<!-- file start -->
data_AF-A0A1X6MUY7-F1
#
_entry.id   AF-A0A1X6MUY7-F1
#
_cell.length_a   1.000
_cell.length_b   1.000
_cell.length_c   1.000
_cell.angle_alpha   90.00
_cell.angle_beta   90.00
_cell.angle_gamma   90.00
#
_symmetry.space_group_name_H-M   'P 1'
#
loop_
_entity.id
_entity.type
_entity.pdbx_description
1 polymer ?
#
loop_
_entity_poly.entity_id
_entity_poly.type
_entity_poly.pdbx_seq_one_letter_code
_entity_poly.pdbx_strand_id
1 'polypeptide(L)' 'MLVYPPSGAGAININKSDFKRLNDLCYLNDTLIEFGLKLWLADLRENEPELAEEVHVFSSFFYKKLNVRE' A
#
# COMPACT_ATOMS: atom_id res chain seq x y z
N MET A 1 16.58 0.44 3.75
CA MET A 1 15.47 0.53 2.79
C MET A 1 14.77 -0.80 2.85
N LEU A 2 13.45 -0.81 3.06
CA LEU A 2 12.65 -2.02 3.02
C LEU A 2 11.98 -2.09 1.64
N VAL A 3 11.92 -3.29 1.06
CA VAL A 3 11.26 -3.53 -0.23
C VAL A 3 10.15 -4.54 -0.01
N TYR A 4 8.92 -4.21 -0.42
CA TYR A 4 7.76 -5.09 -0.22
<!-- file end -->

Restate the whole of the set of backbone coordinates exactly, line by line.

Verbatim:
data_AF-A0A1X6MUY7-F1
#
_entry.id   AF-A0A1X6MUY7-F1
#
_cell.length_a   1.000
_cell.length_b   1.000
_cell.length_c   1.000
_cell.angle_alpha   90.00
_cell.angle_beta   90.00
_cell.angle_gamma   90.00
#
_symmetry.space_group_name_H-M   'P 1'
#
loop_
_entity.id
_entity.type
_entity.pdbx_description
1 polymer ?
#
loop_
_entity_poly.entity_id
_entity_poly.type
_entity_poly.pdbx_seq_one_letter_code
_entity_poly.pdbx_strand_id
1 'polypeptide(L)' 'MLVYPPSGAGAININKSDFKRLNDLCYLNDTLIEFGLKLWLADLRENEPELAEEVHVFSSFFYKKLNVRE' A
#
# COMPACT_ATOMS: atom_id res chain seq x y z
N MET A 1 16.58 0.44 3.75
CA MET A 1 15.47 0.53 2.79
C MET A 1 14.77 -0.80 2.85
N LEU A 2 13.45 -0.81 3.06
CA LEU A 2 12.65 -2.02 3.02
C LEU A 2 11.98 -2.09 1.64
N VAL A 3 11.92 -3.29 1.06
CA VAL A 3 11.26 -3.53 -0.23
C VAL A 3 10.15 -4.54 -0.01
N TYR A 4 8.92 -4.21 -0.42
CA TYR A 4 7.76 -5.09 -0.22